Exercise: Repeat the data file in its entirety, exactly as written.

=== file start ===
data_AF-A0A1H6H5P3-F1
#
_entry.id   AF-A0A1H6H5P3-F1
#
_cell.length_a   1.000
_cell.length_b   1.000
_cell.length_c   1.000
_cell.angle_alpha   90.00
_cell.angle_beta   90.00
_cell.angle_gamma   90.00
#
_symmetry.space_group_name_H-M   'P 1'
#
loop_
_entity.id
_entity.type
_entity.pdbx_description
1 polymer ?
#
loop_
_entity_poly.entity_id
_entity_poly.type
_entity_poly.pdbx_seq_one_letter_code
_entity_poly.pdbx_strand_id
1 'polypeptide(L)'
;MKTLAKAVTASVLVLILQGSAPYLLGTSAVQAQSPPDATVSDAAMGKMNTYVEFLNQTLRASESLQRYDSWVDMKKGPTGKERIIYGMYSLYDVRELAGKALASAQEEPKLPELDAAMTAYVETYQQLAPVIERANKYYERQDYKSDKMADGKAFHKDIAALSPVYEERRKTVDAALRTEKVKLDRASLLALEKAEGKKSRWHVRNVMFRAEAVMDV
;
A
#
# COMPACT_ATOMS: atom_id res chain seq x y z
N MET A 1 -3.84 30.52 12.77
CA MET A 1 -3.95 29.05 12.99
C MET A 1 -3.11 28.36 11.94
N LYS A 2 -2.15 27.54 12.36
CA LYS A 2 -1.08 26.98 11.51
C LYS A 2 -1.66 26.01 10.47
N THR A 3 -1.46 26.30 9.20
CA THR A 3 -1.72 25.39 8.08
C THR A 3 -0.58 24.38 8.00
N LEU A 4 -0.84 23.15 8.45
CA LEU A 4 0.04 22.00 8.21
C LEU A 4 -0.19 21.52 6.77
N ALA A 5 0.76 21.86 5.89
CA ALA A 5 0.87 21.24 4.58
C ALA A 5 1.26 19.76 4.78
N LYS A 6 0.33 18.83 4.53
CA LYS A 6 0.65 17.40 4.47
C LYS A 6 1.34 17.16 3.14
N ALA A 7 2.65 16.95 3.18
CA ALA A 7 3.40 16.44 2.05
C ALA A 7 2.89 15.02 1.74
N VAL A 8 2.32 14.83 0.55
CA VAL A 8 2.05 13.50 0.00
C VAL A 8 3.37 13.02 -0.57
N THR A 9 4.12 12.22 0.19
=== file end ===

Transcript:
data_AF-A0A1H6H5P3-F1
#
_entry.id   AF-A0A1H6H5P3-F1
#
_cell.length_a   1.000
_cell.length_b   1.000
_cell.length_c   1.000
_cell.angle_alpha   90.00
_cell.angle_beta   90.00
_cell.angle_gamma   90.00
#
_symmetry.space_group_name_H-M   'P 1'
#
loop_
_entity.id
_entity.type
_entity.pdbx_description
1 polymer ?
#
loop_
_entity_poly.entity_id
_entity_poly.type
_entity_poly.pdbx_seq_one_letter_code
_entity_poly.pdbx_strand_id
1 'polypeptide(L)'
;MKTLAKAVTASVLVLILQGSAPYLLGTSAVQAQSPPDATVSDAAMGKMNTYVEFLNQTLRASESLQRYDSWVDMKKGPTGKERIIYGMYSLYDVRELAGKALASAQEEPKLPELDAAMTAYVETYQQLAPVIERANKYYERQDYKSDKMADGKAFHKDIAALSPVYEERRKTVDAALRTEKVKLDRASLLALEKAEGKKSRWHVRNVMFRAEAVMDV
;
A
#
# COMPACT_ATOMS: atom_id res chain seq x y z
N MET A 1 -3.84 30.52 12.77
CA MET A 1 -3.95 29.05 12.99
C MET A 1 -3.11 28.36 11.94
N LYS A 2 -2.15 27.54 12.36
CA LYS A 2 -1.08 26.98 11.51
C LYS A 2 -1.66 26.01 10.47
N THR A 3 -1.46 26.30 9.20
CA THR A 3 -1.72 25.39 8.08
C THR A 3 -0.58 24.38 8.00
N LEU A 4 -0.84 23.15 8.45
CA LEU A 4 0.04 22.00 8.21
C LEU A 4 -0.19 21.52 6.77
N ALA A 5 0.76 21.86 5.89
CA ALA A 5 0.87 21.24 4.58
C ALA A 5 1.26 19.76 4.78
N LYS A 6 0.33 18.83 4.53
CA LYS A 6 0.65 17.40 4.47
C LYS A 6 1.34 17.16 3.14
N ALA A 7 2.65 16.95 3.18
CA ALA A 7 3.40 16.44 2.05
C ALA A 7 2.89 15.02 1.74
N VAL A 8 2.32 14.83 0.55
CA VAL A 8 2.05 13.50 0.00
C VAL A 8 3.37 13.02 -0.57
N THR A 9 4.12 12.22 0.19